By Noam Livnat
Chief Product & Innovation Officer
Facility management metrics take concepts such as efficiency and attach value to them. A good metric puts decision-makers on the same page when it comes to understanding how their facilities function. Most importantly, they quantify a wide range of insights within a workplace, including organization, productivity, and reliability.
The role of facilities management metrics
Facilities management metrics are a type of Key Performance Indicator (KPI). They define a top level of success and set the benchmark for excellence in whatever’s measured. Some KPI metrics might include space utilization and efficiency, total utility costs, and operational flexibility.
Metrics isolate a qualitative variable and add quantitative insight, like our example of workplace efficiency from above. Another example is reliability. How do you gauge if your workplace’s digital network is reliable? It starts by defining a few key metrics:
- How many unexpected outages occurred over the past X days?
- How long was the cumulative downtime for outages?
- What is the cost per outage based on standard utility costs? Based on revenue per hour?
Attaching data to these questions paints a clearer picture of reliability. You might perceive your network to be reliable and data may confirm it—or, it might tell you differently. This applies to any variable you choose to measure. Quantifying workplace variables means standardizing insights.
Once you’re tracking the right metrics and defining the important workplace variables, you’ll have insights to make improvements or monitor trends.
Choosing the right metrics and defining them
Properly quantifying workplace KPIs starts by benchmarking the right variables. Facility managers need to understand all contributing factors for what they’re measuring. For example, to understand space utilization, data about the following is required:
- Total available square footage
- Cost per square foot
- Total number of employees
- Ideal space per employee
From there, each variable becomes part of the equation to calculate space utilization. In this example, dividing available square footage by total number of employees gives you the actual square feet per employee. Dividing this number by the ideal space gives you utilization relative to your target. Plugging in cost per square foot to both numbers generates a dollar figure.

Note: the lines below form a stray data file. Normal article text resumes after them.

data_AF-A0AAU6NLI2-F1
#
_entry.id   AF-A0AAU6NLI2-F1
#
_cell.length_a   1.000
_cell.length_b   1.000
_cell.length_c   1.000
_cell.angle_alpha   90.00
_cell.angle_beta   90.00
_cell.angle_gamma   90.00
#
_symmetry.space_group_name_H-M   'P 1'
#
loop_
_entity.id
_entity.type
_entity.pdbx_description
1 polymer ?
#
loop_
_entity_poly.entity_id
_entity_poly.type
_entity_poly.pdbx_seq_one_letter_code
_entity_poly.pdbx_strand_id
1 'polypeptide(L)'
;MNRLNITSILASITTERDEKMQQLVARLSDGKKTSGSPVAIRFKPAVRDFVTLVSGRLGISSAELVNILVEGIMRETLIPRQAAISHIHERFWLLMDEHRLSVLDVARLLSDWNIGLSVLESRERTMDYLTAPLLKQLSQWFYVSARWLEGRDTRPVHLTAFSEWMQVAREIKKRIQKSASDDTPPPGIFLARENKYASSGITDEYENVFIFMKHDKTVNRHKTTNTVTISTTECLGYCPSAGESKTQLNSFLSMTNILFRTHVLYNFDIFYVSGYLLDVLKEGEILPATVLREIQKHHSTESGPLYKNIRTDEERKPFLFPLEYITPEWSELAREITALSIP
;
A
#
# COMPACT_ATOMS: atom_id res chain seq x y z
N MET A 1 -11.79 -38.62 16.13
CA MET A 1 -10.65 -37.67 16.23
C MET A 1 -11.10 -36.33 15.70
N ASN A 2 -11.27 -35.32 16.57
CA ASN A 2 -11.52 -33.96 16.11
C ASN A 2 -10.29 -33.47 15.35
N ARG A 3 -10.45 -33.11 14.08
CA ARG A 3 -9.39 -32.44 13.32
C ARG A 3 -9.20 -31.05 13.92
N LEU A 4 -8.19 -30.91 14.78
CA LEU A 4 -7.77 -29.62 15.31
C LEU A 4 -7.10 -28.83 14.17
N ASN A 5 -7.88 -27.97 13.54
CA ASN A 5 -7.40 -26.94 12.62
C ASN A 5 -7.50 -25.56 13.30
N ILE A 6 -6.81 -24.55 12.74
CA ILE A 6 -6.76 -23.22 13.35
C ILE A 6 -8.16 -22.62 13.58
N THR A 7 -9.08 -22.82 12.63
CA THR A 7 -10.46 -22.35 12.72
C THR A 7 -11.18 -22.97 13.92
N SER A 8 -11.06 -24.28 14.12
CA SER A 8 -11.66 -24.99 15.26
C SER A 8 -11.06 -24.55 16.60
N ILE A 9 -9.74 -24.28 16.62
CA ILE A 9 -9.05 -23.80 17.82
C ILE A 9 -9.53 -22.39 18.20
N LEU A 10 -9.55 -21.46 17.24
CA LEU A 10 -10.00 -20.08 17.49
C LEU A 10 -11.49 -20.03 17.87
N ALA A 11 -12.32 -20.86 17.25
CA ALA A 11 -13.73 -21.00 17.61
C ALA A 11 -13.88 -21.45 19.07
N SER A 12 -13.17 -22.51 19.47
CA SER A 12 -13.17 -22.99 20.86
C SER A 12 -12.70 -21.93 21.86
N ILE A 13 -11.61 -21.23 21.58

Facilities managers should measure anything quantifiable against the core KPI. If your goal is reducing utility costs by 4 percent next quarter and your KPI is total utility costs, measure all contributing factors, including variables such as each individual utility cost.
Defining metrics appropriately is the key to understanding how they contribute to your KPIs and how those KPIs affect your workplace.
Using metrics to drive workplace improvements
Once you’ve defined the facility management metrics that matter, work them into KPI reports and then work backward on each variable.
Let’s say you have a space utilization efficiency goal of 85 percent. You identify the right metrics and gather data to quantify them. Then, you take the cumulative figures from your metrics and plug them into your KPI reports, only to discover that your space utilization is 95 percent—higher than you want it to be. Your workplace is too crowded.
Using metrics to identify overcrowding is the first step to improving your workplace. Now, you’ll need to work backward and address the variables that comprise your metrics. It’s clear the problem is too many employees in too small of a space. But, because you have clearly defined metrics, you can plug in numbers and run scenarios before making any real changes.
You might decide to turn 10 of your employees into remote workers, changing five of their workstations into hot desks and the other five into flexible workspaces. The result: space utilization is now 85 percent.
The beauty of workplace metrics and the KPIs they feed is that everything is quantified, so you get insights before making changes. Without the right metrics, who’s to say a change will work? And how would you know even if it did?
Facilities metrics tell you what you need to know
Quantifying the intangibles of your workplace—efficiency, productivity, organization—puts facility managers on track toa highly optimized workplace. KPIs and the metrics that define them help facilitate major improvements that can lower costs, improve operations, raise employee morale, and enhance workplace governance.
As companies become more cost-conscious, facility managers will rely more heavily on management metrics to generate important insights. And, from these insights, they can provide key decision-makers with the right information to drive changes that keep their company competitive.
Keep reading: how to select the best facility management software for your company.